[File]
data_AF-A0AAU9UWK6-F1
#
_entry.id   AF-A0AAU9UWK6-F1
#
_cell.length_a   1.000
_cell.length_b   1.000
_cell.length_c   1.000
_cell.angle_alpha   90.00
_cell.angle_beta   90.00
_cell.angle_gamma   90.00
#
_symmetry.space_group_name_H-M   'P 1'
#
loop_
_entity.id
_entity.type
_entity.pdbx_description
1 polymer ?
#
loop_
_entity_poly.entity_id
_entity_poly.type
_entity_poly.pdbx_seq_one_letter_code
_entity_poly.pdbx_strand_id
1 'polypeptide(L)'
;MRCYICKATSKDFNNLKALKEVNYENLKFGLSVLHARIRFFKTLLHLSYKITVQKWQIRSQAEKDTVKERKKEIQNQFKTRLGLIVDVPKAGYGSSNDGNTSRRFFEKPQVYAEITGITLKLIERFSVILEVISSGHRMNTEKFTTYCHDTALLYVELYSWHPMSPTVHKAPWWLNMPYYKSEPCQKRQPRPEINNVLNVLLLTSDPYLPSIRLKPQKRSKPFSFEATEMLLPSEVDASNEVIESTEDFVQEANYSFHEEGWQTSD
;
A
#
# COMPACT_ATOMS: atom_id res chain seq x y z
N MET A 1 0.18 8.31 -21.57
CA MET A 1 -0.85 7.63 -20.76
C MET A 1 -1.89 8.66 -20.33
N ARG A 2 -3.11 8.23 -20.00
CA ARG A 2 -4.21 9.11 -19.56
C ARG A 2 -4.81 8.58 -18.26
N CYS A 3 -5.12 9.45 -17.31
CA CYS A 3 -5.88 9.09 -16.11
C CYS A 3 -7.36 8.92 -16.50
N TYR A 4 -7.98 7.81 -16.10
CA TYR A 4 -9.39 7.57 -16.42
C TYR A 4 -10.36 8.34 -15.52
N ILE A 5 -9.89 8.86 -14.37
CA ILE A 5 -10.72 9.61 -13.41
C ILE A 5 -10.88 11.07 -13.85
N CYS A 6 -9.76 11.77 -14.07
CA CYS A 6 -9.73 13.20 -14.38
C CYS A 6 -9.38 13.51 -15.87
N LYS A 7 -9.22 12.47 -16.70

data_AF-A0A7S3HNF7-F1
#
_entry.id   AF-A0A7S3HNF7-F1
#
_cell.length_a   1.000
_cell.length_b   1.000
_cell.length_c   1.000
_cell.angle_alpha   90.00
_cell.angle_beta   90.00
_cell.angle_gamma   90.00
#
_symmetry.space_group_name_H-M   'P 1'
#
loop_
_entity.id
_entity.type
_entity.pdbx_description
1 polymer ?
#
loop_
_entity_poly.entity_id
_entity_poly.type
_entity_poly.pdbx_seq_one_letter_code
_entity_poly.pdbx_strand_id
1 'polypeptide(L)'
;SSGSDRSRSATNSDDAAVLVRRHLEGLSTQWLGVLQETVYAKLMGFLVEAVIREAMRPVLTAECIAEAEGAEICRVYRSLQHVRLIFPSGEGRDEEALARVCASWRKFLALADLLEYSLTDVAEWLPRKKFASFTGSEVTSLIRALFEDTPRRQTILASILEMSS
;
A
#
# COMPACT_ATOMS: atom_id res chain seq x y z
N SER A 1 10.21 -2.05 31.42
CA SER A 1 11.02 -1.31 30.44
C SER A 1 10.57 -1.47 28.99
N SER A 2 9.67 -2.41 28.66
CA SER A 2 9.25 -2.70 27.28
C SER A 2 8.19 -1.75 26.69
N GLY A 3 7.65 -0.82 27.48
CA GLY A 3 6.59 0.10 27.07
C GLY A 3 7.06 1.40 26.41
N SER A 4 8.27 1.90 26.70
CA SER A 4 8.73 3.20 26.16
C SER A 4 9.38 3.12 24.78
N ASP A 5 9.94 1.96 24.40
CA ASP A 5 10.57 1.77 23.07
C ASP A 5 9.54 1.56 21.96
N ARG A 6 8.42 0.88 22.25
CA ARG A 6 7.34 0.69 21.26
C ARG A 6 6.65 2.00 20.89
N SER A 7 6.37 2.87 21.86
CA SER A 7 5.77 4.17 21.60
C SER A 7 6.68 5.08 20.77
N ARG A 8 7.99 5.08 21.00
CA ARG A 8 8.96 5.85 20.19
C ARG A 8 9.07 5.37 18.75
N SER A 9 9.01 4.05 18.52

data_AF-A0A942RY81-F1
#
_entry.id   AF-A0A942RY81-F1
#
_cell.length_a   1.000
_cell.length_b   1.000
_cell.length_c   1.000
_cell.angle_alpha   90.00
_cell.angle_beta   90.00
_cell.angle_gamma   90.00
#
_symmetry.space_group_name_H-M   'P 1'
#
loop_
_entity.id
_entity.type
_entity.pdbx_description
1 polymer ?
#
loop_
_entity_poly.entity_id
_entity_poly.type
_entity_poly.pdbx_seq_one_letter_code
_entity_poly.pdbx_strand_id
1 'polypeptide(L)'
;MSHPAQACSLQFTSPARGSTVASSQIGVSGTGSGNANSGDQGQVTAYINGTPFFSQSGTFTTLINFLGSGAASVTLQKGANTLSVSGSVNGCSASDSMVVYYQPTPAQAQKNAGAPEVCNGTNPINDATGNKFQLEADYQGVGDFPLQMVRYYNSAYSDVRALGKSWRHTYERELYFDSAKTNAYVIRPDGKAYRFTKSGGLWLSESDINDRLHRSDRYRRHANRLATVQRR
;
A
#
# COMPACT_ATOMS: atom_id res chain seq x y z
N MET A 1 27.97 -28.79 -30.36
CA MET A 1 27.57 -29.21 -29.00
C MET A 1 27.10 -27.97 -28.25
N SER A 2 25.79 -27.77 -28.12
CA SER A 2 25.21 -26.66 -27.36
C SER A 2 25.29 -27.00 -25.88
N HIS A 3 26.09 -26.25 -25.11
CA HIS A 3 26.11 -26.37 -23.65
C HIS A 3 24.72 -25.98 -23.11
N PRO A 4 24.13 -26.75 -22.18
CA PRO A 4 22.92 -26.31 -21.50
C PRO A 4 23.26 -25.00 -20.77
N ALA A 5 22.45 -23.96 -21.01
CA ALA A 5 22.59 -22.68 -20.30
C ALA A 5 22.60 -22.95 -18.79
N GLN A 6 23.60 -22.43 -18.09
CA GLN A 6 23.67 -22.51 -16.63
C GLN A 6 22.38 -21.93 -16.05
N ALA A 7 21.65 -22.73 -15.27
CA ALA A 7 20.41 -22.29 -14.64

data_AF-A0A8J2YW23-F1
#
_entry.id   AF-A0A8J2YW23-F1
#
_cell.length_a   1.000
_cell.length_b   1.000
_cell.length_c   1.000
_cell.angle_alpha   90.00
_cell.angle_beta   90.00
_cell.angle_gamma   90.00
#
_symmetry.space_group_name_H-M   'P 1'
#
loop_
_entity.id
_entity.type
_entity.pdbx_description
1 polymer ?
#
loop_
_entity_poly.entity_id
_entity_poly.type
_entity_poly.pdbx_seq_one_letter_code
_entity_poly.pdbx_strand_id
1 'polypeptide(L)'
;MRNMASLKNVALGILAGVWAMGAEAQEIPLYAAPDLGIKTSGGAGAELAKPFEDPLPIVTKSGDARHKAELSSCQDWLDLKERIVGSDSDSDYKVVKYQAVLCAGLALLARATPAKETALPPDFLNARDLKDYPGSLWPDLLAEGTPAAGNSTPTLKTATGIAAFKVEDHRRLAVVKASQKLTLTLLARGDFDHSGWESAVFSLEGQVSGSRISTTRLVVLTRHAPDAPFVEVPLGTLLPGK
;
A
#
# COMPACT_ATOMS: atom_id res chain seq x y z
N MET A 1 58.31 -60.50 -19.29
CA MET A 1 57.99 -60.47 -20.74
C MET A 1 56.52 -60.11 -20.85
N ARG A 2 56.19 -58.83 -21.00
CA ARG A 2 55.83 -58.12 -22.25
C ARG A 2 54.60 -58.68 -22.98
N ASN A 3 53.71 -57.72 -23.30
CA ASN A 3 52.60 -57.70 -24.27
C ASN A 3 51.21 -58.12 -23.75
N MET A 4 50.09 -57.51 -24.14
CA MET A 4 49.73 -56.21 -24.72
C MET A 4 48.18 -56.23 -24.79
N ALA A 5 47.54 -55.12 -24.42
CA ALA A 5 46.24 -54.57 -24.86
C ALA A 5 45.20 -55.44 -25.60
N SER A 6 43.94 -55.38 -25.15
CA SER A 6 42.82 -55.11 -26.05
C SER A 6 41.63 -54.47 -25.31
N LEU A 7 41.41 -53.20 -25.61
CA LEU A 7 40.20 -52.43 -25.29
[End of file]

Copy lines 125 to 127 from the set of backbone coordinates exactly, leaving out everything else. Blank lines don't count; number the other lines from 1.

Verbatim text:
_entity_poly.entity_id
_entity_poly.type
_entity_poly.pdbx_seq_one_letter_code